1973 Ford Mustang Mach 1 Fastback (LHD)
|Engine||5.8 litre V8|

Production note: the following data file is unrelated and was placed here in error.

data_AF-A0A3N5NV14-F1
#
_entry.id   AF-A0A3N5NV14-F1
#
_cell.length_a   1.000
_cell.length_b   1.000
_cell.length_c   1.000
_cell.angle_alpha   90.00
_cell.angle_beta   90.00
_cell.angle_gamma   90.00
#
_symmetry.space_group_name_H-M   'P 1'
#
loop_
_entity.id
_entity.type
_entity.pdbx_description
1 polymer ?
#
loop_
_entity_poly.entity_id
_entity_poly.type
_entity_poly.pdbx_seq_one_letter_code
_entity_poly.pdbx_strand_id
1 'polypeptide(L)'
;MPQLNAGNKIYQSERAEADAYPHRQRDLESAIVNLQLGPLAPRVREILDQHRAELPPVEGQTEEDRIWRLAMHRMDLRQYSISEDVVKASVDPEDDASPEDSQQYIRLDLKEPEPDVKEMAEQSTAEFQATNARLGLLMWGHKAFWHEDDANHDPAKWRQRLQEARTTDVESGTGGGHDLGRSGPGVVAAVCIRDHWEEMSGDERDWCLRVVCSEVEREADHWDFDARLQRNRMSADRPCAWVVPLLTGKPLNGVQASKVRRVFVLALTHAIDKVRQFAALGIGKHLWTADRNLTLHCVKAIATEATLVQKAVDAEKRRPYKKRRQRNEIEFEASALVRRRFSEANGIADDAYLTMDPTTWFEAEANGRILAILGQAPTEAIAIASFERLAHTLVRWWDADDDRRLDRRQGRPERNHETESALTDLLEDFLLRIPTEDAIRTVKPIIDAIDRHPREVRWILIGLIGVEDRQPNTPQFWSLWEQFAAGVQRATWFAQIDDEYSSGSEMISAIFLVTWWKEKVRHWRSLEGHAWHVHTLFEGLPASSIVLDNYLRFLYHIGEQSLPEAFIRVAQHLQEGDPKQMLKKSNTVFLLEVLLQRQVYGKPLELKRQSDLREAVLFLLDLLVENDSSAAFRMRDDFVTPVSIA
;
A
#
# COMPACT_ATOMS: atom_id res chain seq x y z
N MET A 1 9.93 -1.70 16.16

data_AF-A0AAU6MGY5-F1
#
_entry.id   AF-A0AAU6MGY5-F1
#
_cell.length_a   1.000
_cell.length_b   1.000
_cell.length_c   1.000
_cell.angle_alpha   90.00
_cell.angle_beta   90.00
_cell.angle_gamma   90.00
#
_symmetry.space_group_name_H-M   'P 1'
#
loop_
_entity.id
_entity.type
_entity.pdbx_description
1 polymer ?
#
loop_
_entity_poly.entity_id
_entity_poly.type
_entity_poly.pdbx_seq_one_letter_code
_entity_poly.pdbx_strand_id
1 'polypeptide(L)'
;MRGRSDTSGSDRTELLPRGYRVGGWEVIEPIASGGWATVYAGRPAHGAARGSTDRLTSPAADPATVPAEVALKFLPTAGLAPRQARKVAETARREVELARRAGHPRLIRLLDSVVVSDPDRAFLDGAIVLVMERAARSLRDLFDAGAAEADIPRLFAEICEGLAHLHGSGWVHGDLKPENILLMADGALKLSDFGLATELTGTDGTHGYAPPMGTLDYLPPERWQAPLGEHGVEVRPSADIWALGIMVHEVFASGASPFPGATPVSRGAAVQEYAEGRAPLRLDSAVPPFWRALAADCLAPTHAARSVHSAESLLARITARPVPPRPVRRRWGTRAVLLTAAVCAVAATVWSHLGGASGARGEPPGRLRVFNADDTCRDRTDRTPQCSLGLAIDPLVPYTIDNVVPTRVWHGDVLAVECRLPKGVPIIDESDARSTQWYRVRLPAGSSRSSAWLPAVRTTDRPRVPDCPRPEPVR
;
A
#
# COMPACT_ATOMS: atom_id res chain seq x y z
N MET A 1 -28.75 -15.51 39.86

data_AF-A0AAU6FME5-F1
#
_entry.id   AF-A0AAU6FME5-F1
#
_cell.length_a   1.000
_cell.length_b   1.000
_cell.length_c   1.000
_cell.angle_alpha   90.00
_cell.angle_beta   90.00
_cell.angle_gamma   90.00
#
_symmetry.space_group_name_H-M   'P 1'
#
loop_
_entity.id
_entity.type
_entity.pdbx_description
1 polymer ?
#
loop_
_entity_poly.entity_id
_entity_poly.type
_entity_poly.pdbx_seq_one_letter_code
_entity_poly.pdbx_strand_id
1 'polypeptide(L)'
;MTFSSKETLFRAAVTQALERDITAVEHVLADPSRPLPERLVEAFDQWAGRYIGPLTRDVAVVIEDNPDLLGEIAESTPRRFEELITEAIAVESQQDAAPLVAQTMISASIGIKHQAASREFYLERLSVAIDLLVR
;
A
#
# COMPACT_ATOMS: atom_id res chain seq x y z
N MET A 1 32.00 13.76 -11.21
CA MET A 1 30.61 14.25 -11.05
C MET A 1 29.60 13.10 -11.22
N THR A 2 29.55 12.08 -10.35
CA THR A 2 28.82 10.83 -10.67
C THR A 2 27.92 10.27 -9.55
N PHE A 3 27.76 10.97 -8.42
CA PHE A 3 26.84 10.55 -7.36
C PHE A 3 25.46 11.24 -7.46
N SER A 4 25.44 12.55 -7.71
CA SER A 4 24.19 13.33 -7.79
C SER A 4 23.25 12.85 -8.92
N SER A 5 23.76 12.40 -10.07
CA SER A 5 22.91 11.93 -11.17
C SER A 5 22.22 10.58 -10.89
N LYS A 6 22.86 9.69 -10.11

The original Mach 1 was introduced in 1968 as a concept car with a hatched fastback, aggressive hood and side scoops and a unique paint scheme. In 1969, the Mach 1 was one of three new Mustang models that made it into production. It featured the familiar fastback body with simulated side scoops high on the quarter panel, an aggressively raked air dam on the front and a spoiler on the rear and the now famous, 'shaker' air scoop mounted directly onto the carburettor and fitting through an opening in the bonnet. The Mach 1 continued in production with a number of minor changes to available power train components and styling until 1974, when the much smaller Mustang II model was introduced by Ford as a knee-jerk response to the nation's 'energy crisis'. Thus the 1973 models, with their revised colour schemes, subtle styling changes and optional 351 Cleveland-built V8 engines were the last real muscle models of the original Mach 1 era. The 1973 model year cars can be distinguished by a restyled grille and colour-matched high-impact bumpers. The Mustang was again available with three distinct body styles - SportsRoof, Hardtop or Convertible - and a range of engines, starting with the base 250ci six-cylinder through to 302ci or 351ci V8s. The Mach 1 pack consisted of distinctive body treatment, with a NASA bonnet scoop on cars specified with the 351ci engine, competition suspension package, whitewall tyres, blacked out grille and tail panel, the option of a vinyl roof and high-back bucket seats inside. The Mustangs built from 1971-1973 were big, bold and beautiful and represented the end of an era. Far better value than earlier Mustangs, the early ‘70s models have great appeal, both visually and from behind the wheel.